WHEN Ida Tarbell investigated the stories we hear about Lincoln, she found that 60 per cent. of them were invented twenty years after Lincoln died. Washington surprised the Hessians on the Delaware, but did the attack look like this picture? In the first place, the American flag was not made until after June 14, 1777, so Washington could not have carried it. Betsey Ross made it, at the order of Congress, at 239 Arch Street, Philadelphia. The flag Washington carried probably had the stripes and the crosses of St. George and St. Andrew. Both stars and stripes were not used until at least six months later. Of course George did not stand in the boat, either; it is never proper to stand up in a small boat unless there are women and children aboard.


IT was so brave of Pocahontas to save Captain John Smith when cruel King Powhatan, her father, was about to have his brains beaten out. Captain John was so touched by the act of the little twelve-year-old Princess that he forgot all about it. He told many hair-raising tales in his book, written in 1608, after the occurrence, but never a word about little Pocahont. Sixteen years later, after Pocahontas had married John Rolfe, Captain Smith suddenly remembered, and wrote another book. But by that time people began to hint that perhaps John was destined to be the great-grandfather of Old Doc Cook.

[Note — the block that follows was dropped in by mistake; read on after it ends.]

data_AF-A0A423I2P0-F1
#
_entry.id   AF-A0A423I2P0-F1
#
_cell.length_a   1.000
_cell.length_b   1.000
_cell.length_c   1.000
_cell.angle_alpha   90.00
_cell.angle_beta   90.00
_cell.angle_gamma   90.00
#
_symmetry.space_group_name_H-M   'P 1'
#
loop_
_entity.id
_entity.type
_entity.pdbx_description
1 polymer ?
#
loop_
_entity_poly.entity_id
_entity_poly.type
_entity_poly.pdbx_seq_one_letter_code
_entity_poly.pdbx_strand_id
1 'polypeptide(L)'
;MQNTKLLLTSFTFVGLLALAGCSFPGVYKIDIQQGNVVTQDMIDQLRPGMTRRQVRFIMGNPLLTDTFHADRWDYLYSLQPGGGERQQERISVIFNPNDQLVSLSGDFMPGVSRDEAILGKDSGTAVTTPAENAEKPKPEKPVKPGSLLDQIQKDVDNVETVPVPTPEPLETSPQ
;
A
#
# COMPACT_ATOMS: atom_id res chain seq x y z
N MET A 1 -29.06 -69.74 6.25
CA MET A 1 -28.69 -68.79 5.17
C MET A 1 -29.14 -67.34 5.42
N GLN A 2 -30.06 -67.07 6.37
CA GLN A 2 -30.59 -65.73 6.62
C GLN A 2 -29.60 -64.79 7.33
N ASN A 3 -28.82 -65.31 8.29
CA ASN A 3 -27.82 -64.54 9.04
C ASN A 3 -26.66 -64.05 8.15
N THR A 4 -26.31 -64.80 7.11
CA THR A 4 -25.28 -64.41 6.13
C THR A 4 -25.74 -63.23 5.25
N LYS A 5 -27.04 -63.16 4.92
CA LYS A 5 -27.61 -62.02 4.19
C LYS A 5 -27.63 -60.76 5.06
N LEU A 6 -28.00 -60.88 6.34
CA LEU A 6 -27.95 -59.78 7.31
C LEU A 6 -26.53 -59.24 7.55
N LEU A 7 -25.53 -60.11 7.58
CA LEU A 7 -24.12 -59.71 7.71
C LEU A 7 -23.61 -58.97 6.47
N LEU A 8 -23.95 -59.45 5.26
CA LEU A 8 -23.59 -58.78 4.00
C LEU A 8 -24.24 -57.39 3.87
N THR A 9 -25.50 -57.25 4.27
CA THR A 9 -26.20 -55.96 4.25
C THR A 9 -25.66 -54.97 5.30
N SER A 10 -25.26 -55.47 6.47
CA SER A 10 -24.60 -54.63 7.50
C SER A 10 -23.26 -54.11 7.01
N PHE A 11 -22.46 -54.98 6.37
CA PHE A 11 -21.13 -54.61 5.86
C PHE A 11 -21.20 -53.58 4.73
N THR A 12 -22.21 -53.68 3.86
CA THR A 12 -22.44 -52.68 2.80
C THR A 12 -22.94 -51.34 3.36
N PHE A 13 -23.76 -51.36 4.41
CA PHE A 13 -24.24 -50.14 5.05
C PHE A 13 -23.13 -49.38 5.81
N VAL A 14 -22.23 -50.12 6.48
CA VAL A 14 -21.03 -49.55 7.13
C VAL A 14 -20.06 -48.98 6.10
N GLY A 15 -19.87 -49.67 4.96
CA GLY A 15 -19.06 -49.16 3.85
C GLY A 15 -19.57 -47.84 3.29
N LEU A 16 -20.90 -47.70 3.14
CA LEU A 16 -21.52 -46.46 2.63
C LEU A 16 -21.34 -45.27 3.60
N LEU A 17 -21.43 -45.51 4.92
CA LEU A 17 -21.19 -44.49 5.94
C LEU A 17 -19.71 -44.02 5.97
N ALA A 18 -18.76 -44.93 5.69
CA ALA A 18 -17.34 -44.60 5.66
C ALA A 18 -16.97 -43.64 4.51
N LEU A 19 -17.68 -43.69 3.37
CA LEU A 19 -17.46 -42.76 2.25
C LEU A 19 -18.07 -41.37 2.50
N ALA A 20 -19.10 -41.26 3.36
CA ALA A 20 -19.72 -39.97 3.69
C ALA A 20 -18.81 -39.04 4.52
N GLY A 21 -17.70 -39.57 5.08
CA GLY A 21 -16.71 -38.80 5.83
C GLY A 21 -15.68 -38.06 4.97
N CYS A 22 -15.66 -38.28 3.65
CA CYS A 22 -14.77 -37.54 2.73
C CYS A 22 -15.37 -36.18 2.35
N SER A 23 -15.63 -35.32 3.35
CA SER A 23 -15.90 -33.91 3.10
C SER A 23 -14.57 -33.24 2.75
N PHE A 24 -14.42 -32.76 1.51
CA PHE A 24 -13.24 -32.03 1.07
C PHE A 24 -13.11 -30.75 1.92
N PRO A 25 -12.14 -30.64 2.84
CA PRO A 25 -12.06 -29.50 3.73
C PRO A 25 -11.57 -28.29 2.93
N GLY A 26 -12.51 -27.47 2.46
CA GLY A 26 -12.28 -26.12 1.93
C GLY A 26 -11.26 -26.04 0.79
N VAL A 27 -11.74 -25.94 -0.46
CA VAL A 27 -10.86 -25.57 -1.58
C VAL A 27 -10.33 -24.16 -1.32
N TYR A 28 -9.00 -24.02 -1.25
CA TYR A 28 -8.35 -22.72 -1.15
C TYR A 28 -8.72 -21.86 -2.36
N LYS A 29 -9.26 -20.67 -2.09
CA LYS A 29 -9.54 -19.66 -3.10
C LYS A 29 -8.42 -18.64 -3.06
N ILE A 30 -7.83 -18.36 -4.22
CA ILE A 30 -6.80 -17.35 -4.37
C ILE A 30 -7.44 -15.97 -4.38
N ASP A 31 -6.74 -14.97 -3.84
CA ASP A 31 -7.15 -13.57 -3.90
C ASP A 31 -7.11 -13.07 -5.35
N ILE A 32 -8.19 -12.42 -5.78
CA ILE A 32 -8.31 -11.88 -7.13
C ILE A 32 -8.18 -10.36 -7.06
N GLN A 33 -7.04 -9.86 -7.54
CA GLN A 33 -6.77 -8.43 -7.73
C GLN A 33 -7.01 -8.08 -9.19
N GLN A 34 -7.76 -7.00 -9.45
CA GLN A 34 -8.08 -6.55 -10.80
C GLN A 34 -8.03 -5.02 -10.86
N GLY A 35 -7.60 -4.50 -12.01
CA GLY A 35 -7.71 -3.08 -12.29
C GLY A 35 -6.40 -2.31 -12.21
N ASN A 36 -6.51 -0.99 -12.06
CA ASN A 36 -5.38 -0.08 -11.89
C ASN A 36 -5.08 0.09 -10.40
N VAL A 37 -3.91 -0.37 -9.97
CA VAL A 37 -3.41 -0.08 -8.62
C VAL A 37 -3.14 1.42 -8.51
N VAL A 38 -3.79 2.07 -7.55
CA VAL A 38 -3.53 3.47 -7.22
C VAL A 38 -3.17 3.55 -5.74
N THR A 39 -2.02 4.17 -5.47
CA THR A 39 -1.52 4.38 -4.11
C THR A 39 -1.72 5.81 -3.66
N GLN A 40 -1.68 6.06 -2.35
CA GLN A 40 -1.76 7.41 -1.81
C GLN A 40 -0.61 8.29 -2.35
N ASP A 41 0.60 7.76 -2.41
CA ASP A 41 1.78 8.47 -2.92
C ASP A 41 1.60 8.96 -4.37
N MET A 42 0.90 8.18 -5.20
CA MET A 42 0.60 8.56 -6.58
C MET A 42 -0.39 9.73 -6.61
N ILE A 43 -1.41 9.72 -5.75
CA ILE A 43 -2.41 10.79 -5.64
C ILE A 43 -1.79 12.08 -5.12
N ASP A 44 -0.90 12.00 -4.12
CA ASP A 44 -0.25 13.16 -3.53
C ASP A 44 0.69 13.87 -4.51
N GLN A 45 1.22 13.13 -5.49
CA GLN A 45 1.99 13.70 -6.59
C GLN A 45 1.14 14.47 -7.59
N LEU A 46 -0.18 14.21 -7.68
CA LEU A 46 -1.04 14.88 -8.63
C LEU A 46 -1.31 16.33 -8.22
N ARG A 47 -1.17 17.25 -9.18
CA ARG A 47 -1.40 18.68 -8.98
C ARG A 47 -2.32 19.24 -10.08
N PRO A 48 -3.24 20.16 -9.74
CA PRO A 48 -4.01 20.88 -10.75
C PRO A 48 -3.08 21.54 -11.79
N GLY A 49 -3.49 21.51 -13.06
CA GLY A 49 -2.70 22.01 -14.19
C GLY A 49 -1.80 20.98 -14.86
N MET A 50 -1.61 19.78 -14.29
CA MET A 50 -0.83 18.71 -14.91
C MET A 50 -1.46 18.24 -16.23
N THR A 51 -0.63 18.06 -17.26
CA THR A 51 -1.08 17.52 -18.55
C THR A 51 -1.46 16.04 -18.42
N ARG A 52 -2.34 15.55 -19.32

THE tea-kettle hung over the flames in the fireplace, and James Watt sat and watched and dreamed. The lid flew off. Strange. Then said James, "Power—there is power. I will harness it." Stealing out of the house, he went into the woodshed and invented the steam-engine. This happened just before the American Revolution. On Watt's engine, which is preserved to-day, is an inscription: "Invented by Edward Somerset, Marquis and Earl of Worcester, 1655." Not even Watt himself claimed the invention, for he merely improved the condenser; and how could he invent a machine that had been invented in England a hundred years before?


"Shoot if you must this old gray head,
But spare your country's flag!" she said.